One of the classic techniques of government spin-doctoring is to brief the press prior to a bad news announcement to the effect that the announcement is actually good news.
Today the Irish Independent reported that the soon-to-be-released IMF Article IV staff report enthusiastically praises the government’s approach to the banking crisis. The Indo reported that “the IMF says the Government is right in the action it has taken on the two key areas of banking and the public finances … The IMF backs the setting up of the National Asset Management Agency … It says NAMA offers the chance of taking bad assets from the banks, which is a precondition for their return to health. And the IMF agrees NAMA can be self-financing”
Sounds like a strong endorsement for the govenment, huh? Well, the report has now been released. It has lots of interesting stuff in it, which I’m sure our contributors will have more to say about later. Naturally, however, I was drawn to page 19 of the report:
25. Staff noted that nationalization could become necessary but should be seen as complementary to NAMA. Where the size of its impaired assets renders a bank critically undercapitalized or insolvent, the only real option may be temporary nationalization. Recent Fund advice in this regard is: “Insolvent institutions (with insufficient cash flows) should be closed, merged, or temporarily placed in public ownership until private sector solutions can be developed … there have been numerous instances (for example, Japan, Sweden and the United States), where a period of public ownership has been used to cleanse balance sheets and pave the way to sales back to the private sector.” Having taken control of the bank, the shareholders would be fully diluted in the interest of protecting the taxpayer and thus preserving the political legitimacy of the initiative. The bad assets would still be carved out, but the thorny issue of purchase price would be less important, and the period of price discovery longer, since the transactions are between two government-owned entities. The management of the full range of bad assets would proceed under the NAMA structure. Nationalization could also be used to effect needed mergers in the absence of more far reaching resolution techniques.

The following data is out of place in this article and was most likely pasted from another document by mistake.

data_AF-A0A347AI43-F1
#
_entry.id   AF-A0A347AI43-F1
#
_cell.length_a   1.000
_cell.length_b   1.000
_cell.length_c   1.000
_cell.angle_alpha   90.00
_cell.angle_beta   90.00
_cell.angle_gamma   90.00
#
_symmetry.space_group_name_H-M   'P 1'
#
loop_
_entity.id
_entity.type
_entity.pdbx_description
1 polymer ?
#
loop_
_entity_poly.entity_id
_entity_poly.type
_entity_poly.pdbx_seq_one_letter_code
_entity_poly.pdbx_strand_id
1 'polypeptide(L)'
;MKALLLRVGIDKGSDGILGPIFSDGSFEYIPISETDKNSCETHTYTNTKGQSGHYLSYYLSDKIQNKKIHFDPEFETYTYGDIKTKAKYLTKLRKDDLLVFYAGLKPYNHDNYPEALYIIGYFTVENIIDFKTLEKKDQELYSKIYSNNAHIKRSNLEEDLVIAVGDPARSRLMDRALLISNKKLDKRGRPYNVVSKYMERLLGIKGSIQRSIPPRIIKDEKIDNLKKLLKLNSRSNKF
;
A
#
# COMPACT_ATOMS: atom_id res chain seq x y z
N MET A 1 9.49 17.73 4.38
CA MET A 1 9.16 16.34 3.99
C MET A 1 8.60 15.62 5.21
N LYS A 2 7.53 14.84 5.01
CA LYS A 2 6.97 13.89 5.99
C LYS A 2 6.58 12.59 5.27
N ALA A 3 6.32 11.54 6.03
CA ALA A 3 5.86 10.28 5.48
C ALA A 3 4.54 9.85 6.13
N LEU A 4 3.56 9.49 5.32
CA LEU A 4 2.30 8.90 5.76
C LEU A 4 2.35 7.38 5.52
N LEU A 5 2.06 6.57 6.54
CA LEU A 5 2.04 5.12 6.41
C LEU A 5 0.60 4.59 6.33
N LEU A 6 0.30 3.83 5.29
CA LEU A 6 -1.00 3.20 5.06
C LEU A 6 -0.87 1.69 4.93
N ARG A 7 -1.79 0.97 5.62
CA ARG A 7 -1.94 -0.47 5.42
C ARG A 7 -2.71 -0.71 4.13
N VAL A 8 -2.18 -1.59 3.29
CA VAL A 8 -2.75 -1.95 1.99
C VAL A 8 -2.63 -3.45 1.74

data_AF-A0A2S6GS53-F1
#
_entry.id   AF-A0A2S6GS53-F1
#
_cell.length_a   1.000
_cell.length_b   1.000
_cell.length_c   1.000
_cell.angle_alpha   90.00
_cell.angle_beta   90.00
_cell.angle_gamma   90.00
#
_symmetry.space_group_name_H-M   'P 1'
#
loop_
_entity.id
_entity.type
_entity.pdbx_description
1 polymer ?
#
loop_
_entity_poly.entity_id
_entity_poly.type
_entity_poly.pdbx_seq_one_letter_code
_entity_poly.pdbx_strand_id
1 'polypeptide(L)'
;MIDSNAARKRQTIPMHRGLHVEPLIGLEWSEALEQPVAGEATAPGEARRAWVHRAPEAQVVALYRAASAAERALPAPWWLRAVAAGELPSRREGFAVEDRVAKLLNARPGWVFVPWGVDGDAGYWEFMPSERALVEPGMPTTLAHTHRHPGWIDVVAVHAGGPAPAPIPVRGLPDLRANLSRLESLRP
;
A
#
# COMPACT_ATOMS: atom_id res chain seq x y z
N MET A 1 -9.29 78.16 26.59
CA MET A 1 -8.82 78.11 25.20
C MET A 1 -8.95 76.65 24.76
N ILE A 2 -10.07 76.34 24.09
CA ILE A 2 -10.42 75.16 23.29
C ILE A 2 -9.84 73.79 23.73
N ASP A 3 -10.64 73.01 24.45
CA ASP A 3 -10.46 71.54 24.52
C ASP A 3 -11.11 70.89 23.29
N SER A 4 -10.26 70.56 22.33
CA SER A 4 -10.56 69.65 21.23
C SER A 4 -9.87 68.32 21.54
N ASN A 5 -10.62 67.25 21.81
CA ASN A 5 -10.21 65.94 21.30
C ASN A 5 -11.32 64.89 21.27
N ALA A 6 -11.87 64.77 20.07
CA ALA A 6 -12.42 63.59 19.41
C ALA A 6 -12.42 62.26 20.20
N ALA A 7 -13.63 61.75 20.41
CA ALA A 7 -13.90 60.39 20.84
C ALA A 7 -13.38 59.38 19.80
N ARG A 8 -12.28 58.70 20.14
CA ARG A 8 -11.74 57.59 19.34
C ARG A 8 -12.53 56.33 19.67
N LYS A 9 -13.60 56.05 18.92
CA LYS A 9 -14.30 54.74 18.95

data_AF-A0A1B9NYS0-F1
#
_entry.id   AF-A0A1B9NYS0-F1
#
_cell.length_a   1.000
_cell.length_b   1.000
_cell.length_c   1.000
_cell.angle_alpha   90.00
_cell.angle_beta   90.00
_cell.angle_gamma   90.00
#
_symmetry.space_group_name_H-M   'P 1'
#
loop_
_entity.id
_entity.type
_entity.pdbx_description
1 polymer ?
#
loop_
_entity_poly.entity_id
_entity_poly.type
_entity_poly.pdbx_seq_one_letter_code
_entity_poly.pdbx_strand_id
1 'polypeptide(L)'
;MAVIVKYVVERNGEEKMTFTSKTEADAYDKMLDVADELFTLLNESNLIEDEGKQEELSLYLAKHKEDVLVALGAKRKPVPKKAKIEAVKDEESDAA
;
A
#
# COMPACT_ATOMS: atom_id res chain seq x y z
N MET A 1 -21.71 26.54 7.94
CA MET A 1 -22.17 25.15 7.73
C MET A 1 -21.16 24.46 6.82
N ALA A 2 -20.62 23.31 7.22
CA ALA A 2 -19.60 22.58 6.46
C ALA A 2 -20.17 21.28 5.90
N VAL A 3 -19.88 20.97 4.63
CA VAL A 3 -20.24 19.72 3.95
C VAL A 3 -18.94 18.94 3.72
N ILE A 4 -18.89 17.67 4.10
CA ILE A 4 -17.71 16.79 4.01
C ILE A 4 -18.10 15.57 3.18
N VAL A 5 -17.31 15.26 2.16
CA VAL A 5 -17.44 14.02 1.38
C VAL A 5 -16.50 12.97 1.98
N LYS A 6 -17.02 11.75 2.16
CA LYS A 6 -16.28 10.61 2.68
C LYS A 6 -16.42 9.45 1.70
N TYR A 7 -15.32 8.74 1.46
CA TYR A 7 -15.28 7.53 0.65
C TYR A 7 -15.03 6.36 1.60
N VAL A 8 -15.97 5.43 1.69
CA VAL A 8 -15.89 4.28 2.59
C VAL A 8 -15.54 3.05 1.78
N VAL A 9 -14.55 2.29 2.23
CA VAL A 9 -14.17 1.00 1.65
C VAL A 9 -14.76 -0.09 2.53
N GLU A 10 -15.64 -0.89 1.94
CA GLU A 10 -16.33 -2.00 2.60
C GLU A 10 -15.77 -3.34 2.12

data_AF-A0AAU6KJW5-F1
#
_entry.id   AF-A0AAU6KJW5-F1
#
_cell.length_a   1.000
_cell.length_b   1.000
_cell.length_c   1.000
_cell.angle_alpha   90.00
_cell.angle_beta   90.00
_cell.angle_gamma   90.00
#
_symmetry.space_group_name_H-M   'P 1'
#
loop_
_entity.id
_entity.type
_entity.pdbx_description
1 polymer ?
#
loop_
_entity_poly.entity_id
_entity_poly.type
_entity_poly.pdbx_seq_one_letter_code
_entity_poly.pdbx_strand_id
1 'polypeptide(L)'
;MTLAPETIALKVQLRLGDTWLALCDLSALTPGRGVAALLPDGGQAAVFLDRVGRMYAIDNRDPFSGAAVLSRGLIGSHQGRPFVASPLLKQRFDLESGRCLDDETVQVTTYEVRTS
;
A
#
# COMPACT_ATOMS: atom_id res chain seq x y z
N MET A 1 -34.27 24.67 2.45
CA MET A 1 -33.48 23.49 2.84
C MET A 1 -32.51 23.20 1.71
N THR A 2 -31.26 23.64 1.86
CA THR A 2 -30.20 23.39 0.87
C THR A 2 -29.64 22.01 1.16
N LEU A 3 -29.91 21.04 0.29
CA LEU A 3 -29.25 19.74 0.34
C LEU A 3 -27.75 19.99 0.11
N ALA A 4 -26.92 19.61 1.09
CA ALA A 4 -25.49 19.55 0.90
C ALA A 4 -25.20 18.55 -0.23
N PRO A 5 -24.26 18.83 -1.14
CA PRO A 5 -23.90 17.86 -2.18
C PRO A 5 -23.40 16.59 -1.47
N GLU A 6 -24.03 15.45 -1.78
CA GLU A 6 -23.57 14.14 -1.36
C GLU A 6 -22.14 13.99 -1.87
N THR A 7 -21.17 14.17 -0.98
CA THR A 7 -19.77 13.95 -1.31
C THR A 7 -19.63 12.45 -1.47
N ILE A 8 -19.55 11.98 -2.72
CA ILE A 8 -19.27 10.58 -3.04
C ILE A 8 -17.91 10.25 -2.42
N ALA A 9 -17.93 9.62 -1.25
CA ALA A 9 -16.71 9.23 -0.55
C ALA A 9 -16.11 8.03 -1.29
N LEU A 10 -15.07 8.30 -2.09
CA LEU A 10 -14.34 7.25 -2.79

26. The authorities prefer that banks stay partly in private ownership to provide continued market pricing of their underlying assets. They disagreed with the staff’s view that pricing of bad assets would be any easier under nationalization. They were also concerned that nationalization may generate negative sentiment with implications for the operational integrity of the banks. Staff emphasized nationalization would need to be accompanied by a clear commitment to operate the banks in a transparent manner on a commercial basis. In particular, nationalized banks should be subject to the same capital requirements and supervisory oversight as non-nationalized banks. And, a clear exit strategy to return the banks to private operation would be needed.
What do people think? A ringing endorsement of the government’s approach?